What special dietary instructions should I follow?

While taking isoniazid, it’s generally recommended to avoid consuming foods and drinks that contain high levels of tyramine, such as aged cheeses, cured meats, fermented products, and certain alcoholic beverages like beer and red wine. This is because isoniazid can interfere with the breakdown of tyramine, leading to a buildup that may cause high blood pressure or other adverse reactions. It’s best to consult your healthcare provider or pharmacist for specific dietary advice tailored to your condition.

What should I do if I forget a dose?

If you miss a dose of isoniazid, take it as soon as you remember. However, if it’s close to the time for your next scheduled dose, skip the missed dose and continue with your regular dosing schedule. Do not double the dose to catch up. It’s important to try and take the medication consistently and not miss doses, as this can affect the effectiveness of the treatment.

What side effects can this medication cause?

Isoniazid can cause various side effects, although not everyone experiences them. Common side effects of isoniazid may include:

  • Gastrointestinal effects: Nausea, vomiting, loss of appetite, and abdominal pain are common side effects of isoniazid. Taking the medication with food or a glass of milk can help alleviate these symptoms.
  • Peripheral neuropathy: Isoniazid can sometimes cause tingling or numbness in the hands or feet, known as peripheral neuropathy. This side effect is more common in individuals who are malnourished, have diabetes, or consume excessive alcohol. Your healthcare provider may prescribe vitamin B6 (pyridoxine) along with isoniazid to reduce the risk of peripheral neuropathy.
  • Rash or allergic reactions: Some individuals may develop a rash or experience allergic reactions such as itching, hives, or swelling. It’s important to inform your healthcare provider if you experience any skin changes or signs of an allergic reaction.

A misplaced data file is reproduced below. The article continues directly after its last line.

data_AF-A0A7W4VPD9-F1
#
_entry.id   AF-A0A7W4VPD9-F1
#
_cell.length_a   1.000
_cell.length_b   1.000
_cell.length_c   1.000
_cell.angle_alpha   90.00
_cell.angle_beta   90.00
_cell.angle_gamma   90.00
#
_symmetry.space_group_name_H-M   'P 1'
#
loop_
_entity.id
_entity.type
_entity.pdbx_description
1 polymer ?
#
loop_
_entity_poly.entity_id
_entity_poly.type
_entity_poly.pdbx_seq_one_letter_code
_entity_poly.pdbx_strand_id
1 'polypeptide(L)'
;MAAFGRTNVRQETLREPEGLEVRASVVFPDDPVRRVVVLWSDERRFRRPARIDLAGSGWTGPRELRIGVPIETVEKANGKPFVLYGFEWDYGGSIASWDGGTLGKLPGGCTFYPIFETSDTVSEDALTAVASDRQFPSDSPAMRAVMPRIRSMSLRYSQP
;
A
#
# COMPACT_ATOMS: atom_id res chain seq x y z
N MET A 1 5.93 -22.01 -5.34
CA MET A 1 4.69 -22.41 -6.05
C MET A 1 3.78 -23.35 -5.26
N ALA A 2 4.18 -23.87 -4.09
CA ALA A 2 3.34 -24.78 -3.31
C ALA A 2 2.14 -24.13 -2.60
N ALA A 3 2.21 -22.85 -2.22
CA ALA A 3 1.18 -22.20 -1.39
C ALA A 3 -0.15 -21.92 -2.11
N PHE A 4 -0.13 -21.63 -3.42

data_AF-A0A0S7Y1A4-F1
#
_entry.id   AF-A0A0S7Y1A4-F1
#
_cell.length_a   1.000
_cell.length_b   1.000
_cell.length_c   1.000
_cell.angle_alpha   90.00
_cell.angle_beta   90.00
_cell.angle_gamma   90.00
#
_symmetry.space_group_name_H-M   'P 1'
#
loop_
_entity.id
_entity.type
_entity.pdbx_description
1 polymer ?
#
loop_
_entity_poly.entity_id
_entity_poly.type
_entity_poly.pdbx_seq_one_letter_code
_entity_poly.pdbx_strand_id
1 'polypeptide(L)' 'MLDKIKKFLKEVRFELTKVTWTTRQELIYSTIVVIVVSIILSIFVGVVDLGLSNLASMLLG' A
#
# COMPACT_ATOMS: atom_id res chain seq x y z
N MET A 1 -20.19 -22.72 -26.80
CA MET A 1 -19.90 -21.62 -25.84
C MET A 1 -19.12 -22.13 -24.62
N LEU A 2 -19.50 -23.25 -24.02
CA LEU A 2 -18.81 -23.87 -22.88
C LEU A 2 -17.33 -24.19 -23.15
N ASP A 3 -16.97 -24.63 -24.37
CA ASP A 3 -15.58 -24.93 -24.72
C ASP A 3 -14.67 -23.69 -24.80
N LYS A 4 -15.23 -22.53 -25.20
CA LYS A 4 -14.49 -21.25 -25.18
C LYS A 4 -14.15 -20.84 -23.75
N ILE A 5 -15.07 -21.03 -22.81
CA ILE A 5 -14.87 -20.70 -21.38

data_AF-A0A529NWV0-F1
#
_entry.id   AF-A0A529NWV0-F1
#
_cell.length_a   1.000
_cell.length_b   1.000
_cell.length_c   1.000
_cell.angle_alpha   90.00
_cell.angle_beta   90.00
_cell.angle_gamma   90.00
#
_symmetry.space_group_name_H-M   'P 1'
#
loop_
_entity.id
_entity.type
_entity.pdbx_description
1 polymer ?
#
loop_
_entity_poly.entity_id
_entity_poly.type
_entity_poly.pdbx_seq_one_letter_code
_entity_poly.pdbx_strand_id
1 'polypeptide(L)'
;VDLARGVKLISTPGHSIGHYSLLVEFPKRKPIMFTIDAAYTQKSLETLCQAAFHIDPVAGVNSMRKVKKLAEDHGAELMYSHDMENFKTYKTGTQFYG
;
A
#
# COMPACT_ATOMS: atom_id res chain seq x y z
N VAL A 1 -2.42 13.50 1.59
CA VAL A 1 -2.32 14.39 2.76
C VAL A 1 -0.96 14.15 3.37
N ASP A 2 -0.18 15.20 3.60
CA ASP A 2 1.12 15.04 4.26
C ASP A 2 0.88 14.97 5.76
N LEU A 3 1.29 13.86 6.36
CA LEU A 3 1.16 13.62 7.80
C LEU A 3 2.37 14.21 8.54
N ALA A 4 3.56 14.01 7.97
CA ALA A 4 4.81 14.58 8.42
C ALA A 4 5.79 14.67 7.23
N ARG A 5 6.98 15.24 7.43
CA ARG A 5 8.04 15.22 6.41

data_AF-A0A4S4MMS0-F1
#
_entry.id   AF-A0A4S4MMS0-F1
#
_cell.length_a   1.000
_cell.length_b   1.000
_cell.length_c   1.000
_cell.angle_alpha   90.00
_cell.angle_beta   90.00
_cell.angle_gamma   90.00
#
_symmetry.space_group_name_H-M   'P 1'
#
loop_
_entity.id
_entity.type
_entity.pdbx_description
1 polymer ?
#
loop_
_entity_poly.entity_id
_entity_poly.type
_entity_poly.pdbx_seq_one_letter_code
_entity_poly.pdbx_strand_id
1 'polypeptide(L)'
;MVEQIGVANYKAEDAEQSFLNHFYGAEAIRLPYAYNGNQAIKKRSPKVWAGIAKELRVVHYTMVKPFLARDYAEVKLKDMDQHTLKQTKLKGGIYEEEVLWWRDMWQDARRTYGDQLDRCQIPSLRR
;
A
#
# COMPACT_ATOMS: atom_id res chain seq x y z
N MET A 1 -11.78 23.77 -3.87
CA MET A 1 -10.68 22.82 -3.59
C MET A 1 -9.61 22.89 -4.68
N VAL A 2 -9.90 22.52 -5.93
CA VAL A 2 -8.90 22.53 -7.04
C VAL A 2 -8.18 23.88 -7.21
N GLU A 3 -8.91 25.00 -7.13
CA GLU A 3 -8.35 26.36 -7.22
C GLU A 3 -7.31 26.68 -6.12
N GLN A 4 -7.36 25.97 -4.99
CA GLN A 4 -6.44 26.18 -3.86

• Liver toxicity: Although rare, isoniazid can cause liver damage, ranging from mild elevations in liver enzymes to severe hepatitis. Symptoms of liver toxicity may include yellowing of the skin or eyes (jaundice), dark urine, fatigue, and abdominal pain. Regular monitoring of liver function tests is typically done during isoniazid treatment to detect any potential liver problems.
  • Central nervous system effects: Isoniazid can occasionally lead to central nervous system side effects such as dizziness, headache, and irritability.
  • Blood disorders: In rare cases, isoniazid can affect blood cell production, leading to anemia, low platelet count (thrombocytopenia), or low white blood cell count (leukopenia). This can increase the risk of infections or bleeding.

It’s important to note that the side effects mentioned above are not exhaustive, and there may be other possible side effects associated with isoniazid. If you experience any severe or persistent side effects while taking isoniazid, it’s crucial to contact your healthcare provider for further evaluation and guidance. They can provide specific advice based on your individual situation.

What should I know about storage and disposal of this medication?

When it comes to storage and disposal of isoniazid, here are some important points to keep in mind:


  • Store isoniazid at room temperature, away from moisture, heat, and direct light.
  • Keep the medication out of reach of children and pets.
  • Follow any specific storage instructions provided by your healthcare provider or pharmacist.


  • Do not keep unused or expired isoniazid tablets or liquid.
  • Dispose of the medication properly according to local guidelines or regulations.
  • If you are unsure how to dispose of isoniazid, consult your pharmacist or local waste disposal authority for guidance.

In case of emergency/overdose

  • In case of an emergency or suspected overdose, call your local emergency services immediately.
  • If the person affected is unconscious, having difficulty breathing, or experiencing severe symptoms, call emergency services right away.
  • If possible, provide emergency personnel with information about the medication ingested, the dose, and the time of ingestion.

What other information should I know?

  • Isoniazid should be taken exactly as prescribed by your healthcare provider. Follow the instructions on the prescription label carefully.
  • Inform your doctor about any other medications, supplements, or herbal products you are taking, as they may interact with isoniazid.
  • Avoid drinking alcohol while taking isoniazid, as it may increase the risk of liver damage.
  • It is important to complete the full course of treatment with isoniazid, even if you start feeling better. Stopping the medication early could result in the infection not being fully treated.
  • Inform your healthcare provider if you have a history of liver disease, kidney disease, epilepsy, or any other medical conditions.
  • Isoniazid may cause side effects such as nausea, vomiting, loss of appetite, dizziness, or tingling in the hands or feet. If these side effects persist or worsen, consult your doctor.

If you miss a dose of isoniazid, take it as soon as you remember. However, if it is close to the time for your next dose, skip the missed dose and resume your regular dosing schedule. Do not take a double dose to make up for a missed one.